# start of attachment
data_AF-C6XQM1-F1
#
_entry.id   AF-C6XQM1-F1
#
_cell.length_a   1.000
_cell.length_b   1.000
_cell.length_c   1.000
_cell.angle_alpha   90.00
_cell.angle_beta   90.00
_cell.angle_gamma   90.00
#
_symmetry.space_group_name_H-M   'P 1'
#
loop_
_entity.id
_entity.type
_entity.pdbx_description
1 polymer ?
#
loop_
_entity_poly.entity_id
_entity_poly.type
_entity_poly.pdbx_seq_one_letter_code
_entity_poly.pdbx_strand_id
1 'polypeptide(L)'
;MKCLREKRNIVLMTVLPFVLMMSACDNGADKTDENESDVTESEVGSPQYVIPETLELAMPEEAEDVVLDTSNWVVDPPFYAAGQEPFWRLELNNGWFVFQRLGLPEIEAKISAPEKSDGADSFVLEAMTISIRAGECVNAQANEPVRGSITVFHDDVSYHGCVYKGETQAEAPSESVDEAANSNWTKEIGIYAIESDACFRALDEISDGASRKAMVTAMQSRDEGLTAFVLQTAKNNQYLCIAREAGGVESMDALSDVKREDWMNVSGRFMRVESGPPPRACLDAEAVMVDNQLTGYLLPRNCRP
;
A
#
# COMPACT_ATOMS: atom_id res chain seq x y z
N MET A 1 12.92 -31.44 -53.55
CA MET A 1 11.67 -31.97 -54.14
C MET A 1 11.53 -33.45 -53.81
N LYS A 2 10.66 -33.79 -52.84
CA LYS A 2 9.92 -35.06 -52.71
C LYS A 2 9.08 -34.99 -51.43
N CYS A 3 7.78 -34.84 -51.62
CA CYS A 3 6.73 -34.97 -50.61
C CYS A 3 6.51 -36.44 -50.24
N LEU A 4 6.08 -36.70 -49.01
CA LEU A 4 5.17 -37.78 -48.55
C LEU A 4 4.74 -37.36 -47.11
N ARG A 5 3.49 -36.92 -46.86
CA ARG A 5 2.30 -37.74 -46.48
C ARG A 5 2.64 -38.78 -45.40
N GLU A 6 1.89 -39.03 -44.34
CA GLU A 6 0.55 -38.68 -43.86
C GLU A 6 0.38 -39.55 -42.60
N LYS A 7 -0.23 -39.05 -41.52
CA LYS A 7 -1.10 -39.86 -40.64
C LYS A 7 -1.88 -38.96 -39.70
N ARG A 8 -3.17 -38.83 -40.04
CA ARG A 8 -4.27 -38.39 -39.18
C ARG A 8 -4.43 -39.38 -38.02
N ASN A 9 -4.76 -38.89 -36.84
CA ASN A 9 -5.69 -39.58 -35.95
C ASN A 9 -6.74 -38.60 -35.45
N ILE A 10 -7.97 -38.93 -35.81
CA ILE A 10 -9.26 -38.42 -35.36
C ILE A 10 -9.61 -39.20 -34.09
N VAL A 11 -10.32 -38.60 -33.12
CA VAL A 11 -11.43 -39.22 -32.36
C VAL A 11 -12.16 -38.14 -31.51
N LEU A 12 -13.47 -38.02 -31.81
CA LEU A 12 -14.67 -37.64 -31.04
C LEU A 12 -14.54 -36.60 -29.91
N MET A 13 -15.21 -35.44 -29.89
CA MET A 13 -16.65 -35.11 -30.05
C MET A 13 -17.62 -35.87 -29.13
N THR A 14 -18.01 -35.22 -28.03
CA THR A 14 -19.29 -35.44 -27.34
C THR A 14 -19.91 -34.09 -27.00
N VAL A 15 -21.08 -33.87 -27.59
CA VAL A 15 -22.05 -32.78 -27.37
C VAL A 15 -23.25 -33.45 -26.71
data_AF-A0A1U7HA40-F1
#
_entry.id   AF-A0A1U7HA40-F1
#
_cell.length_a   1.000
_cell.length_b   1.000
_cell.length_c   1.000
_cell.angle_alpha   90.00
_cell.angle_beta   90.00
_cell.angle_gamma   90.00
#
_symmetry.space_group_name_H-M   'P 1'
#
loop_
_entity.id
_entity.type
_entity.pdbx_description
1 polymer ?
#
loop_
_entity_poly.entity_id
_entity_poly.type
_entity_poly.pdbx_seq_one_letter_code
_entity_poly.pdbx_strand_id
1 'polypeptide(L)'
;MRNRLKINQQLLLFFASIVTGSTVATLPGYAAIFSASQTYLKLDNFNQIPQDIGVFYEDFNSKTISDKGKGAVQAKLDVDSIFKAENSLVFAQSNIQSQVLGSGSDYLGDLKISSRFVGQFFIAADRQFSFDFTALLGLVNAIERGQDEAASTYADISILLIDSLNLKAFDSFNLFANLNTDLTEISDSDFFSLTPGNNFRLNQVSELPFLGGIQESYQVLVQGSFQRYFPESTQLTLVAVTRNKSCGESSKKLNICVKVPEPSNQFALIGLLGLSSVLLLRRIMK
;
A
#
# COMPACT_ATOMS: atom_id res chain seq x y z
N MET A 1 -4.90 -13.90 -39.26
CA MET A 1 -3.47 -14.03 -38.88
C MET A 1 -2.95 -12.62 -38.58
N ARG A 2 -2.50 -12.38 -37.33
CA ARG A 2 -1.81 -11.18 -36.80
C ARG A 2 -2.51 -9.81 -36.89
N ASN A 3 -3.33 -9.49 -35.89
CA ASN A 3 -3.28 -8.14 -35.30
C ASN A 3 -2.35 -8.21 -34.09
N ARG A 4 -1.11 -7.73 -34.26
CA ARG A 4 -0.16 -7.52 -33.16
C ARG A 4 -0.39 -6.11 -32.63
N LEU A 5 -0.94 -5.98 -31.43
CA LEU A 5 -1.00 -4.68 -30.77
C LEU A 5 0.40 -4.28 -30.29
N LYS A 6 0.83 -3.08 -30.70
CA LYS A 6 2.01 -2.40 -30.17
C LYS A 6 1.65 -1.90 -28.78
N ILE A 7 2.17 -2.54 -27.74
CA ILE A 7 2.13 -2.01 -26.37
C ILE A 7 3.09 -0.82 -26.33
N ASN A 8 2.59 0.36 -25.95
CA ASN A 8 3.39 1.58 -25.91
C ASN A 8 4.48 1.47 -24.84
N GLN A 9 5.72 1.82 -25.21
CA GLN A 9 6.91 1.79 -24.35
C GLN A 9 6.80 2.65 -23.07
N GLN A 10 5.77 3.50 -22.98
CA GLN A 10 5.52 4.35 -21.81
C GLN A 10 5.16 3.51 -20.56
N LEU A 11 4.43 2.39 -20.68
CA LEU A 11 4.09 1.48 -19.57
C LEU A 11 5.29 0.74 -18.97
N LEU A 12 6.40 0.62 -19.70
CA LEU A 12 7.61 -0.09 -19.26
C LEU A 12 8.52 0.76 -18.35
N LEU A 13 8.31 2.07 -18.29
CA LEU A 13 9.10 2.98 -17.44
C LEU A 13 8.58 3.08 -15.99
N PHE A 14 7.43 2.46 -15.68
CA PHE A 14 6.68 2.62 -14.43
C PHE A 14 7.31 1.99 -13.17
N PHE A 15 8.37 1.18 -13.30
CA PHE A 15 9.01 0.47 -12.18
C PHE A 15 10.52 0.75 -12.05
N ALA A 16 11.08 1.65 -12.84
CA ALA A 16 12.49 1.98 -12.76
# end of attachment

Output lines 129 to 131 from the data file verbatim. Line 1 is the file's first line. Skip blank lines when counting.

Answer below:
C ASN A 8 4.48 1.47 -24.84
N GLN A 9 5.72 1.82 -25.21
CA GLN A 9 6.91 1.79 -24.35